Posts from ‘Design’
When it comes to automotive styling trends, few movements match the thickly padded vinyl half-roof movement of the late Seventies and early-to-mid Eighties.
Confined to American-brand vehicles, the padded-roof fad become so popular that makers were selling vinyl-roof-specific models in many linups. Trim levels including Salon, Landau, and Brougham often included unique roof treatments along with a nice set of faux wire-wheel covers.
By Frank Peiler
Anybody who knows a little something about automotive history knows that Hudson merged with Nash in 1954 to form American Motors. As a result, AMC had to come up with a new Hudson in record time to make the 1955 model year. The design department at Nash did a very good job transforming the Ambassador/Statesman into a new Hudson. The new car didn’t look much like a Hudson, and it certainly didn’t handle at all like previous “step-down” Hudsons, but the design was a refreshing change from the old and tired car. However, what would the 1955 Hudson look like had the merger been between General Motors, Ford Motor Company, Chrysler Corporation, or the newly merged Studebaker/Packard?
Having been born in 1965, I can’t claim to have been very aware of the vehicles of 1970 when they were new, nor can I claim to have experienced them from behind the wheel.
Illustrations by Frank Peiler
Since the turn of the century, U.S. car sellers have been shedding brands faster than the cable TV networks have been creating reality shows.
The official launch of the redesigned-for-2017 Mazda CX-5 is just around the corner; it’s slated to begin arriving in dealerships later this spring. The new CX-5 represents an evolution of Mazda’s KODO—Soul of Motion design theme, a motif that debuted on the Mazda Shinari concept car of 2010. The new bodywork also bears an obvious family resemblance to the CX-5’s larger sibling—the redesigned-for-2016 Mazda CX-9 midsize SUV.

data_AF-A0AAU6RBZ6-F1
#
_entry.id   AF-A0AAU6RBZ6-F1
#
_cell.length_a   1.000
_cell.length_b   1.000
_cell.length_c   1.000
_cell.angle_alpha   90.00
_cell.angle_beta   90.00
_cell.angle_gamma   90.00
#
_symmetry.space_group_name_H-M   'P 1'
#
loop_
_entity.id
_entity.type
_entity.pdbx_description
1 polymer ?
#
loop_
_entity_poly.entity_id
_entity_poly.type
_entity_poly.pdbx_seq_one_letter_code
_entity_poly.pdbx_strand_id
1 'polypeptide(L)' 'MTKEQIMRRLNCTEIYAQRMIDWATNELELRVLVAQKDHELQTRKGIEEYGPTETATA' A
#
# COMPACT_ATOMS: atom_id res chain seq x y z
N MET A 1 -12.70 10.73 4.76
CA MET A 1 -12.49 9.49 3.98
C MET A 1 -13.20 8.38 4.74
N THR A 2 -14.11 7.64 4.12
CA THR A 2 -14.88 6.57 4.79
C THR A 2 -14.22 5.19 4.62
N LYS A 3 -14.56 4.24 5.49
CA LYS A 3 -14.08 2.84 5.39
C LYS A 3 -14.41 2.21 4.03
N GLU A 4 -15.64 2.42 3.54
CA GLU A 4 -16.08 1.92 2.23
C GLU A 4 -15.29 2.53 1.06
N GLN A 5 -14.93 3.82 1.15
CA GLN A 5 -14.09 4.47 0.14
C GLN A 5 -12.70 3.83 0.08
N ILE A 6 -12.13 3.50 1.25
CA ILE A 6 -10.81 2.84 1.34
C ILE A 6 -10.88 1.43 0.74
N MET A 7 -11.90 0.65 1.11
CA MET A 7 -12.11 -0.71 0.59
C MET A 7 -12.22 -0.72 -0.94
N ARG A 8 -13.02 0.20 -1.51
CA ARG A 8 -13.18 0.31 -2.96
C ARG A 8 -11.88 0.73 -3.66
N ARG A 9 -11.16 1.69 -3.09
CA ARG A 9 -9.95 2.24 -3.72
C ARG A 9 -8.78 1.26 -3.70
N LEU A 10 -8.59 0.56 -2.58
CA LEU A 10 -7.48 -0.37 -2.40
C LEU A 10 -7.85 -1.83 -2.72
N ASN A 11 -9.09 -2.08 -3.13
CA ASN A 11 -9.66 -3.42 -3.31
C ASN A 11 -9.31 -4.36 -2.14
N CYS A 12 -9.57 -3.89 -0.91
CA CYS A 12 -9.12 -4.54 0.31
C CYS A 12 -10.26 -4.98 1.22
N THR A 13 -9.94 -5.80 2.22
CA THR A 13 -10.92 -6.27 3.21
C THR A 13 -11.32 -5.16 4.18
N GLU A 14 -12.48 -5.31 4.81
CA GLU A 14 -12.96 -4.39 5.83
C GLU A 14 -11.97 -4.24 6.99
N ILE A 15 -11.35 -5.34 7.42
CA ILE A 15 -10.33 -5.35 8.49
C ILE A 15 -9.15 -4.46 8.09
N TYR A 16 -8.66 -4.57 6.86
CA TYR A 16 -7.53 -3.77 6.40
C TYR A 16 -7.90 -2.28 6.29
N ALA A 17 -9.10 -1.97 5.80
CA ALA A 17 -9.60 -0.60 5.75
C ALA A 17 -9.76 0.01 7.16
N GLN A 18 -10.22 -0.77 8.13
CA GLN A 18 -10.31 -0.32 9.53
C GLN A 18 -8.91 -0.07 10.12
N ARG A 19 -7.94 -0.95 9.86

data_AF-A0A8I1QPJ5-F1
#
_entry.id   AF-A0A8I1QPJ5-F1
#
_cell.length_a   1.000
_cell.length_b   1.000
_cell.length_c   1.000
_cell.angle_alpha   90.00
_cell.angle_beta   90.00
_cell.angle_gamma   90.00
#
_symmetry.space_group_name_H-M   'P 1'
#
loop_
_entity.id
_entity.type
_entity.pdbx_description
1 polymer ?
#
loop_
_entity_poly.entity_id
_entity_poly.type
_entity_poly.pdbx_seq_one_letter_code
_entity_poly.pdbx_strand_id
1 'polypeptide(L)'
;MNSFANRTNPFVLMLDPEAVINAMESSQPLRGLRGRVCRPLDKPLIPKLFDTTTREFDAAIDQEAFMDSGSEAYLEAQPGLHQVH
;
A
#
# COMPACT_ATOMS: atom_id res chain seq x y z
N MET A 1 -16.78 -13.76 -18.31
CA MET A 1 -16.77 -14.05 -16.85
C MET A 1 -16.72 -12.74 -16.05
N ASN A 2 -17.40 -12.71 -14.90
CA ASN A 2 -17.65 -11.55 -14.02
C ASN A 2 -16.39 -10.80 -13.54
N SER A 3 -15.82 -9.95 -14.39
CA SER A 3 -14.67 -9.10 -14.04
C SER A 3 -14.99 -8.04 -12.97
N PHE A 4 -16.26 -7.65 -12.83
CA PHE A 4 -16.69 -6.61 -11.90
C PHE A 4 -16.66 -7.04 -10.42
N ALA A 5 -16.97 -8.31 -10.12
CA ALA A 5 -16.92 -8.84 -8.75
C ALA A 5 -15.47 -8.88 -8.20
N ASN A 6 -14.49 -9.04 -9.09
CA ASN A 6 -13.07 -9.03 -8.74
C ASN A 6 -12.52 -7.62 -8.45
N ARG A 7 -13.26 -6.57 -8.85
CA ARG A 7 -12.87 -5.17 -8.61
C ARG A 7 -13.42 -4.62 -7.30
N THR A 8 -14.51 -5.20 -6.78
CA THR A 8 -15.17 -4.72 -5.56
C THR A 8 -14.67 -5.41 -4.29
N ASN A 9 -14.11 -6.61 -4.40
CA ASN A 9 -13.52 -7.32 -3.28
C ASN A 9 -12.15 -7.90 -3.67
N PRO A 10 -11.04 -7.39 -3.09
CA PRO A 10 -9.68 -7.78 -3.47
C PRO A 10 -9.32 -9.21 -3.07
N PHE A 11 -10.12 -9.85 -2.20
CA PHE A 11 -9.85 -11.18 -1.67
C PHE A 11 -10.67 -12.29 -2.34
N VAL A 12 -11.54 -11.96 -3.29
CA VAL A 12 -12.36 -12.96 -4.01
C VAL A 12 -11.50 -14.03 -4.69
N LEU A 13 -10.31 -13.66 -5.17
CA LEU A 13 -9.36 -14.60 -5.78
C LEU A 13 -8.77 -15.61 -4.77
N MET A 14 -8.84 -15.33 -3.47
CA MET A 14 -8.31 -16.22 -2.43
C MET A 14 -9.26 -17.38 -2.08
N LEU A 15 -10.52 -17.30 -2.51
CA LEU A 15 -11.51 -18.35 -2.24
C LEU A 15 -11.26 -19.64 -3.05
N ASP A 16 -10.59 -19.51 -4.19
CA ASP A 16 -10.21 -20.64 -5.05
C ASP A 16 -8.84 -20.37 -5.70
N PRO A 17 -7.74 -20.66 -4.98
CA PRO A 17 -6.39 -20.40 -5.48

Bored with beige? Sick of silver? Weary of white? Tired of tan? Chagrined by champagne? Troubled b… OK, sorry, we’ll stop. Though muted, conservative colors seem to dominate in the new-vehicle marketplace, most manufacturers offer at least a couple unusual hues in their factory-paint palettes. Auto shows are a great place to see these colors up close and in person on a new vehicle, instead of looking at a computer screen or a paint chip at the dealer. If you’re an extroverted type who wants your ride to turn heads, an out-of-the-ordinary color is a great way to do it. Keep in mind, however, that these colors can fall out of fashion much quicker than the “safe” standby colors, which can be an issue come resale time.
DETROIT—Nissan unveiled its VMotion 2.0 concept car at the 2017 North American International Auto Show in Detroit, forecasting the design theme that future Nissan production sedans will follow.
LOS ANGELES—Subaru is currently in the process of developing a new three-row, 7-passenger midsize SUV that is slated to hit the market in early 2018. The company dropped a few hints about what that SUV will look like at the 2016 Los Angeles Auto Show.
Special is a funny word, and it doesn’t always mean something good. One hopes to avoid “special” classes in grade school, for example, and there isn’t a kid alive that looks forward to a bowl of Special K.
The term “cab forward” was first used by the railroad industry to describe steam engines designed with the passenger compartment located toward the front of the vehicle. The advantage of the layout was a clear and unfettered view of the track ahead. For this reason, cab-forward engines were most commonly seen in rail yards where traffic is heavy.